Can Edward Snowden have "blood on his hands" despite a subsequent admission that nobody has actually been harmed as a result of his leaks about the overbroad, privacy-destroying surveillance tactics of Western powers like the United States and the United Kingdom?
Painting such a picture certainly appears to be the goal of a bunch of unidentified British "senior government sources" that told the Sunday Times (paywalled) in the United Kingdom that the Russian and Chinese governments have gotten their hands on the files that Snowden had copied from the United States and have cracked the encryption, allowing them to read (allegedly) millions of Western intelligence documents.
To be clear, no actual sources are named in the story. No actual evidence is provided to show that this claim that the British government has had to pull agents out of the field to protect them from the Russians and the Chinese is true. And the newspaper seems happy to have just carried water for the government. There is no evidence they attempted to contact Edward Snowden (or even Glenn Greenwald, who reported the initial stories). In fact, the story even vaguely floats this unattributed, explosive claim:
It is not clear whether Russia and China stole Snowden's data, or whether he voluntarily handed over his secret documents in order to remain at liberty in Hong Kong and Moscow.
Greenwald took to The Intercept to blast this poor reporting, also pointing out factual errors made in the piece (ignoring that Snowden ended up stuck in Russia not by choice but because the United States canceled his passport and completely misreporting that Greenwald's boyfriend had been detained in London after visiting Snowden in Russia—he actually had been in Berlin). Greenwald responds to the overwhelming granting of anonymity to government officials to smear Snowden:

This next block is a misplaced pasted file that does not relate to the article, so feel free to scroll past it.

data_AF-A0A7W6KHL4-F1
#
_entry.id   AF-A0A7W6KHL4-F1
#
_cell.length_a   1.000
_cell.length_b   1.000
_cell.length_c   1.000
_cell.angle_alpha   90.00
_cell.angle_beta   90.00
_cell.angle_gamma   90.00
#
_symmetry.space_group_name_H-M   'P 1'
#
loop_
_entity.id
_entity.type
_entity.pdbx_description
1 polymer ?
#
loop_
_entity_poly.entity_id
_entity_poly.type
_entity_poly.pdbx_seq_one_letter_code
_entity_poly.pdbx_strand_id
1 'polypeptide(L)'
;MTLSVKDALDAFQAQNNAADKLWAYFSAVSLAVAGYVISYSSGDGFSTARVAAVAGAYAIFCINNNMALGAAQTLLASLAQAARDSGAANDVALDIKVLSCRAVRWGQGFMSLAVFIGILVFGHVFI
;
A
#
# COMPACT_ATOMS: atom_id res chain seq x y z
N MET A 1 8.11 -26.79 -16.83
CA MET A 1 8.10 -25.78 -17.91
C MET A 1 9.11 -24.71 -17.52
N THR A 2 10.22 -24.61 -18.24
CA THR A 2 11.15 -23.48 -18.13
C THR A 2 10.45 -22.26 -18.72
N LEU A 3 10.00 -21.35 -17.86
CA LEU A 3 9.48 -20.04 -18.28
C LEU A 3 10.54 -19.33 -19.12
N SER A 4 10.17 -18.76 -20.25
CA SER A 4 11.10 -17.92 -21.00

The beauty of this tactic is that the accusations can't be challenged. The official accusers are being hidden by the journalists so nobody can confront them or hold them accountable when it turns out to be false. The evidence can't be analyzed or dissected because there literally is none: they just make the accusation and, because they're state officials, their media-servants will publish it with no evidence needed. And as is always true, there is no way to prove the negative. It's like being smeared by a ghost with a substance that you can't touch.
This is the very opposite of journalism. Ponder how dumb someone has to be at this point to read an anonymous government accusation, made with zero evidence, and accept it as true.
The Guardian, which reported the first Snowden stories, has its own questions for the government officials anonymously making these claims. The lack of actual "journalism" that took place in the Sunday Times piece ended up highlighted in an unintentionally hilarious and awful interview with one of the reporters, Tom Harper, on CNN Sunday. Harper is absolutely unable to delve further or explain further any of the claims made in his story. He cannot actually explain what evidence exists for any of the claims his story put forth and at one point actually says, "We just publish what we believe to be the position of the British government at the moment."
Journalism, ladies and gentlemen.